So, last week I took two Amish friends to visit a couple of
their elderly aunts, and while we were in Nappanee, we stopped at Burkholder
I’m rarely in the
Nappanee area, and I had half an hour to kill while they shopped, so I decided
to take some pictures.
A store like this
is a very good picture of Amish daily life.
The men’s jacket section had any color you’d like, as long
as it’s black! But don’t think the men
dress only in black… They make up for it
with their shirts.
Need some suspenders, or a straw hat for everyday wear? They’ve got them here.
Limited styles, but plenty of inventory!
The women usually make their own clothes, so there were
several aisles of the polyester fabric they favor.
A variety of colors, but rarely red, and
never prints of any kind.
On the other
hand, the ladies’ socks display was noticeable for its lack of color; generally
socks are dark and shoes are black.
This display shows the nets, pins, and clips necessary for
the basic Amish hairstyle (under the white “kapp” that is always worn outside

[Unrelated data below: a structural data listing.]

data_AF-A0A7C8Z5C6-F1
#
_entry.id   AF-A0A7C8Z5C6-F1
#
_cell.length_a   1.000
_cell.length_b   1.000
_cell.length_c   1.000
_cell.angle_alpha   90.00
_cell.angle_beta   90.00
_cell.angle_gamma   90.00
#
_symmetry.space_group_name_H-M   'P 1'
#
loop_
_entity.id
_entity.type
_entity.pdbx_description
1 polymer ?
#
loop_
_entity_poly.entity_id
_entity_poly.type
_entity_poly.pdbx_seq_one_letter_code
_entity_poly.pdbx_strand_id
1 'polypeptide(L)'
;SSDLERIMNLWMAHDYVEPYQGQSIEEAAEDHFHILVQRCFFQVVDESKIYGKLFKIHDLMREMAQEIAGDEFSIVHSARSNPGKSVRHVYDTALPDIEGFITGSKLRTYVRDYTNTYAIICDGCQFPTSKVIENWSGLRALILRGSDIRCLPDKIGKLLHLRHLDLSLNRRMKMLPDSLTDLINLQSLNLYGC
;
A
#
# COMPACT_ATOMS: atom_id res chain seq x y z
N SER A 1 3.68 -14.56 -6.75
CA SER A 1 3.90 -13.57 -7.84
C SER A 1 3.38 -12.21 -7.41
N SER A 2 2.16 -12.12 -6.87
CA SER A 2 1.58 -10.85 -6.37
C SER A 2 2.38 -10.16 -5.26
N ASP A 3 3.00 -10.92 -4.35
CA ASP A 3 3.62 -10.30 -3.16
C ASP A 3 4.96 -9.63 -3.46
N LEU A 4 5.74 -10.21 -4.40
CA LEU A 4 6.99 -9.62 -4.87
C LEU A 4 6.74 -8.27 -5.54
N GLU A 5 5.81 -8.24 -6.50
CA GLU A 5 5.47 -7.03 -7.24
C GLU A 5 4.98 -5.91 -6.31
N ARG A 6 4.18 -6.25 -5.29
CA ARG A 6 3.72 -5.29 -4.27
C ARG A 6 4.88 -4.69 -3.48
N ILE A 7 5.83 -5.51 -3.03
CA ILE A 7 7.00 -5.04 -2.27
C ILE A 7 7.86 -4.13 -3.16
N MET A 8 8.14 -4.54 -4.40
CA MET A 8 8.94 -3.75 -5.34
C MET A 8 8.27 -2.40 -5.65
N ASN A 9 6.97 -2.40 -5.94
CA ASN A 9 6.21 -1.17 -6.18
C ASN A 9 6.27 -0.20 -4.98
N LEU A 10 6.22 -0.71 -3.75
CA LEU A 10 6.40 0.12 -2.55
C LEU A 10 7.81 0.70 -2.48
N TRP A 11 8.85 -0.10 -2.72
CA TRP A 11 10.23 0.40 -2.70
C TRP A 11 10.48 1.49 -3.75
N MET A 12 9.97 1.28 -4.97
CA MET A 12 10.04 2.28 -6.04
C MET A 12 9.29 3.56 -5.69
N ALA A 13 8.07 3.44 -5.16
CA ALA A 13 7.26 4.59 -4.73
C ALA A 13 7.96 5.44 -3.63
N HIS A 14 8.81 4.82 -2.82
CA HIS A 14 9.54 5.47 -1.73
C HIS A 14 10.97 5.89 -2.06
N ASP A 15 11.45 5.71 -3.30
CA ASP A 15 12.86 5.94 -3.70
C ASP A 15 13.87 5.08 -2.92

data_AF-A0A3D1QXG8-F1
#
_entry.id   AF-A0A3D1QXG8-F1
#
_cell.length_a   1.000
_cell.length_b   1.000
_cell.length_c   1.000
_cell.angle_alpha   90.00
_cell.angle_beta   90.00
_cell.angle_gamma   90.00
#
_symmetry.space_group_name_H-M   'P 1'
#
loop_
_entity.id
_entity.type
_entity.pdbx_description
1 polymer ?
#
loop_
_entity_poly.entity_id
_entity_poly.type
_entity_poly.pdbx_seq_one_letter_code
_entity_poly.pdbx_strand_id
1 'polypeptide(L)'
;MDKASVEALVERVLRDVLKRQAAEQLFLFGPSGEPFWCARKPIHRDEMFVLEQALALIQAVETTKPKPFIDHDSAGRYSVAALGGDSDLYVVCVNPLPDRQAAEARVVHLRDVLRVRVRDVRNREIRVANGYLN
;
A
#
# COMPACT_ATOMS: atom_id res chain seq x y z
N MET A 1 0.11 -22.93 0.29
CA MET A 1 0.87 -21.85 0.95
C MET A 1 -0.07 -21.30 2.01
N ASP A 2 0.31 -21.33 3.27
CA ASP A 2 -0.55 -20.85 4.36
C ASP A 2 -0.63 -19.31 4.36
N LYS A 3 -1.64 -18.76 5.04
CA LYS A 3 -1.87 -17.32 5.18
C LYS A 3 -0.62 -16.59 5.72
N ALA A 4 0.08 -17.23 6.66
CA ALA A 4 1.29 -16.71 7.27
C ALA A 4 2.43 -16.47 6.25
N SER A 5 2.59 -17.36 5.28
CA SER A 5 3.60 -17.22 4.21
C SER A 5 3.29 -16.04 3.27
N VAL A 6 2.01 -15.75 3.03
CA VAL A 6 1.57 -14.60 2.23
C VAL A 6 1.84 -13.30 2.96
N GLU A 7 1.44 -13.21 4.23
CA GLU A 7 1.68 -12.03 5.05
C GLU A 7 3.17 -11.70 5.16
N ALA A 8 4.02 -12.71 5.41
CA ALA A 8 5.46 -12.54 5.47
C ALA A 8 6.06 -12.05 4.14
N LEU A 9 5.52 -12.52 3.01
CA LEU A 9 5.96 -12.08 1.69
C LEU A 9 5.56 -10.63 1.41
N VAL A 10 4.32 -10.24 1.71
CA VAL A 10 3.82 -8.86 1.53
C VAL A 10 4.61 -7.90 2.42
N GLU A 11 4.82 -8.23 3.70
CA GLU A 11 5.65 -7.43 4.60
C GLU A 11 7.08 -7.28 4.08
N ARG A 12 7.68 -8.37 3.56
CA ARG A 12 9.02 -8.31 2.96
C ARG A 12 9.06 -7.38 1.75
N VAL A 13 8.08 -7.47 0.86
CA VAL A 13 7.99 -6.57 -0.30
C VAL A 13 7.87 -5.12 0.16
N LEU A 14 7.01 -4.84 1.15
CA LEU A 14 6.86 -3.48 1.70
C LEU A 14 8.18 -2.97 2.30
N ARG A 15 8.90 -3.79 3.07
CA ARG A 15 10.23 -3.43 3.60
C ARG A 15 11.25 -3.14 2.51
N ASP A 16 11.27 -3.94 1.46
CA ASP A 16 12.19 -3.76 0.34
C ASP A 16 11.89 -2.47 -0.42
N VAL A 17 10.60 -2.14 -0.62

If the weather is cold, a
black bonnet like these is worn that fits right on top of the kapp.
Some women make their own kapps and others purchase
them, but the black bonnets are generally bought.
Crocs: the basic summer footwear of the Amish! Very practical on a farm to have washable shoes.
This book display shows the basics that every Amish home might
On the top shelf, copies of the “Ausbund,”
the Sunday morning hymnal, and a lesser-known hymnal that some Amish groups
Both are hundreds of years old, and
written in Old German.
On the middle
shelf, English/Old German parallel Bibles.
On the bottom shelf, Old German Bibles, among other useful things.
There was also lots of fiction (all “rated G”) and some
nonfiction topics as well. This shelf had
some books on home/folk/herbal remedies—all of which are very popular among the
Amish, who will often try home-doctoring before seeking professional help.
For the kids: Lots of stuff!
Aisles of board games and puzzles and farm toys, and this display of
dolls and doll clothes, made from the same fabric and in the same styles as
real Amish children’s clothes. Even
little white kapps to complete the look!
(The tradition of faceless Amish dolls made of fabric is no longer followed,
at least among the mainstream Amish around here.)
There was lots more, but this will do... I could wander for hours in these places!
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